For the most part, the Eastmoreland Market & Kitchen is mostly a very local grocery store. There are an assortment of items here that are common foodstuffs available for sale as a convenience to the local neighborhood.
However, there are also a number of ready-to-eat items available, including sandwiches (only available until 4) and an assortment of salads.
Prices are reasonable (not the best in town, but still OK) for a number of items. Some of the salads seem somewhat expensive (up to $9 per lb.) but the assumption of course is that those items that cost more must certainly take more effort and cost more to create.
Like most any grocery store, you pay at the cash register on your way out, even if you have ordered a prepared item of some sort.
If you are eating at one of the tables in the front of the store (both indoors and outdoors seating is available) you will be able to obtain a plate and silverware as well.
Take a look at the box above the cash register: when the restaurant and store first opened they were presented with a packing crate collected by a local resident from the early days of Eastmoreland, when this store carried a name almost exactly like that it has today.
One of the great treasures of eating here is that if you do eat outside, you will not be faced with great gobs of traffic noise. It is one of the few outdoor eating establishments in the region that doesn't face a horrifically busy street.
Favorite Dish: Alas, I have yet to find something that I would consider a favorite from here.
At least a few people I have heard are a big fan of their muffuletta.
While it is part of the Eastmoreland Golf Course, the restaurant is open to the public, and they offer an extremely good value for the money. It is a quiet yet very decorative atmosphere.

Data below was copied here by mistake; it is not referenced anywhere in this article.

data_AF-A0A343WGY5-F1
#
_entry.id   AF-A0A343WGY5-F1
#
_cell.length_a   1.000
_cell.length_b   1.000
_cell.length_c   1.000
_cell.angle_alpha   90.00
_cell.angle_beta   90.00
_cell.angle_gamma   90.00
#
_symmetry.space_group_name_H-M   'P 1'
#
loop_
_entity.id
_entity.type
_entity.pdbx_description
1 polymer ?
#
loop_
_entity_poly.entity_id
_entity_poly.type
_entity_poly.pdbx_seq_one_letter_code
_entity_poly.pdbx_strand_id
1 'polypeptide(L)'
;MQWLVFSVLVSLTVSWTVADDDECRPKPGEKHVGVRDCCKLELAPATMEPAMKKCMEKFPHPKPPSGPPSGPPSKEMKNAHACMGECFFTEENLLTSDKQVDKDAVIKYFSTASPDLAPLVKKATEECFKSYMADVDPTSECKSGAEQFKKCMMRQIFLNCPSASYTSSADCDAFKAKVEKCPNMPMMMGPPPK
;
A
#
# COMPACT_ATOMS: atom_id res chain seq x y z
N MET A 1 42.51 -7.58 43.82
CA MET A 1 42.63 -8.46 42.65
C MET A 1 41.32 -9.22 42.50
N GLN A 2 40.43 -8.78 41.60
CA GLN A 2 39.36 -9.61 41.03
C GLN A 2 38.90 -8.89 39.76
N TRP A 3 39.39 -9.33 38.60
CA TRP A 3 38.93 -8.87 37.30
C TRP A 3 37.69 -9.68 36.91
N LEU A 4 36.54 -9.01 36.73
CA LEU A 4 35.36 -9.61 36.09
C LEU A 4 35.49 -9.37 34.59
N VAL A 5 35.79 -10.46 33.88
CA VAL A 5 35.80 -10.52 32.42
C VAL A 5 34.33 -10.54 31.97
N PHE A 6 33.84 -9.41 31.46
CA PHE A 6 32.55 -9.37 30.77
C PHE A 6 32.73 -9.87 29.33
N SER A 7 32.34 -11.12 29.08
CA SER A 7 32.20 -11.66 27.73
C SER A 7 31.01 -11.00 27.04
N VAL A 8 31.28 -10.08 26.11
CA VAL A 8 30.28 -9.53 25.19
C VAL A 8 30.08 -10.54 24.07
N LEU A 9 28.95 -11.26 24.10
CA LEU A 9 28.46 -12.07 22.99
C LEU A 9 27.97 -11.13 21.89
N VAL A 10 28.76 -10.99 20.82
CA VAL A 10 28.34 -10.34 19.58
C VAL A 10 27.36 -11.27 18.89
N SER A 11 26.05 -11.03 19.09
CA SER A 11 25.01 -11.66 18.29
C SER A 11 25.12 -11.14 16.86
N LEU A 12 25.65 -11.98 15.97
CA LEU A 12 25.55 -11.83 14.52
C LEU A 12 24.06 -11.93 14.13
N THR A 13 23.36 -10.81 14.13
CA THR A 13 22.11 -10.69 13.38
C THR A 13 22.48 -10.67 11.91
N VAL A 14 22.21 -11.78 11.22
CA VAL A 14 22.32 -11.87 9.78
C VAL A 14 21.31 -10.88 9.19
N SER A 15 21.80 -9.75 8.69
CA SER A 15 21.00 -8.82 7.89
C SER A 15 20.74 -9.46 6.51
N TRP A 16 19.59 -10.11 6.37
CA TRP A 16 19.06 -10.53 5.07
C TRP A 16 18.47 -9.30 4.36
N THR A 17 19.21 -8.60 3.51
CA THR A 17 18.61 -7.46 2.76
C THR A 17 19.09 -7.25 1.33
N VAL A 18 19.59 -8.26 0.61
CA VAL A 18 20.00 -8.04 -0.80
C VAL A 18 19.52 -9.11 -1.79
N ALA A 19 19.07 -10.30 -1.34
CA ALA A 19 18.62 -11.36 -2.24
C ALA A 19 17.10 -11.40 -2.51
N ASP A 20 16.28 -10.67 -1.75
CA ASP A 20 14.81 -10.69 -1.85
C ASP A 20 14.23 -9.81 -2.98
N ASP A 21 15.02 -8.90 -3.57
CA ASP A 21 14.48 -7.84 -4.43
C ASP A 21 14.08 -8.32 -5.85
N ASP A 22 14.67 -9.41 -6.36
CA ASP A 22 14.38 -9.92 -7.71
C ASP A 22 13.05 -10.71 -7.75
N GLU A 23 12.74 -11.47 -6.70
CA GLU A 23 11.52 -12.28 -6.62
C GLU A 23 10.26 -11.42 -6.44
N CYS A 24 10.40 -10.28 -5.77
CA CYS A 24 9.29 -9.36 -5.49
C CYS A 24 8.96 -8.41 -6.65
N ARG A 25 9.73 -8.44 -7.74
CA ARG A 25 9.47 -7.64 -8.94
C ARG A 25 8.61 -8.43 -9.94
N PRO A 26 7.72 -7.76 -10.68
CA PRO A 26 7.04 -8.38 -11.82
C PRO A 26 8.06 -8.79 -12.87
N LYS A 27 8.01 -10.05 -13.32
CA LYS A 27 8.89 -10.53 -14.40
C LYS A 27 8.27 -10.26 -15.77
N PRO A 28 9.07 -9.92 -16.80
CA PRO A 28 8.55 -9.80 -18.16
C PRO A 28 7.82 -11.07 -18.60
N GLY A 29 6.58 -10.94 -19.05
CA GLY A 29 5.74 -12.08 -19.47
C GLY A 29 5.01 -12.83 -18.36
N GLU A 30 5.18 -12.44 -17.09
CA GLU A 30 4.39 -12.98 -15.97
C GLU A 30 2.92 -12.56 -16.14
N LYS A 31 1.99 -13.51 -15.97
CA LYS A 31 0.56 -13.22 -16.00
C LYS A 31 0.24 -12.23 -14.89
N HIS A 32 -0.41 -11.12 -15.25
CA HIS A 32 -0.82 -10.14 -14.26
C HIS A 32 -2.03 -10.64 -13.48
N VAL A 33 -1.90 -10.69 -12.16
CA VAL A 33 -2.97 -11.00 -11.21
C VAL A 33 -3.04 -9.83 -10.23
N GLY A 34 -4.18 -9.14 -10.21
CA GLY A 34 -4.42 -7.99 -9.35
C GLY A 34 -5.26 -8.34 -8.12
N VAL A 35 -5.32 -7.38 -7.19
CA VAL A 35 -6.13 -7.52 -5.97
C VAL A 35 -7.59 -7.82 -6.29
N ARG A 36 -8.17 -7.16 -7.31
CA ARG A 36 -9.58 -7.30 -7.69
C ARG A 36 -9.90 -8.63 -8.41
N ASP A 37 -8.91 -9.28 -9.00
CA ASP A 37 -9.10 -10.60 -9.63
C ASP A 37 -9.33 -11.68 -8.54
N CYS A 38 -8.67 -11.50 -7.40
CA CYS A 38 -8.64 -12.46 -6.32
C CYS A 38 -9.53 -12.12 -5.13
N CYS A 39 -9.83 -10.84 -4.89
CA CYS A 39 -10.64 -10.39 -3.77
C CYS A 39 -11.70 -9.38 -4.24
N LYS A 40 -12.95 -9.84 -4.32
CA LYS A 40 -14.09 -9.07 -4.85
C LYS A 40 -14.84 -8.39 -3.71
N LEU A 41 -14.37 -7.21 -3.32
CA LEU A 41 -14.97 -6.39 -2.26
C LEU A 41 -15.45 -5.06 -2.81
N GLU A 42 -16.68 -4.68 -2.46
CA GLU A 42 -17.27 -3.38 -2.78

There isn't much to look at out the windows, but I suppose that it is better than being pelted with golf balls during the meal.
There are quite an assortment of drink selections here.
Expect to pay in the $8 to $12 for lunches here.
Sometime the service is fairly fast, while other times it is fairly slow. It depends on how much help is on hand.
Favorite Dish: Any of the house specialties (such as the Eastmoreland Burger) are fairly decent choices.
At lunch, the Eastmoreland Burger and Fries currently goes for about $7. The true House Specialty is fish and chips that go for about $15, but can be worth the price, depending on how you like it.
Currently the Beez Holgate Station serves as a lunch counter / diner and coffee house for the local industrial neighborhood of northwestern Eastmoreland and eastern Brooklyn neighborhoods. However, in an interesting twist, the restaurant has no actual lunch counter. Phone in orders are very common, and there is a particular payment area just for pickup orders.
Food is economical and definitely designed for the local industrial area customers.
There are both booths and tables. The booths have padded seats.
It is a fairly typical old-Portland style diner, though with obvious nods to the way things are done today in Portland. ("We proudly serve Tully's Coffee") Their menu is simple and cheap.
The entire theme of the restaurant is Betty Boop, and the owners have gone through special pains to buy up any and all Betty Boop memorabilia they can lay their hands on.
Based on the signs, there is a video poker section of the restaurant too, but I don't tend to frequent those types of facilities.
There are two outdoor picnic tables on the south side of the restaurant, which is a great location because even though it faces the parking lot it is on the opposite side of the building from Holgate. Since Holgate is a very busy road, this makes things more pleasant for outdoor dining.
Favorite Dish: Really, any of the sandwitches are fairly good options.
The huge (approx. 7 inch diameter) cookies make a nice snack that will keep you going for a day or two.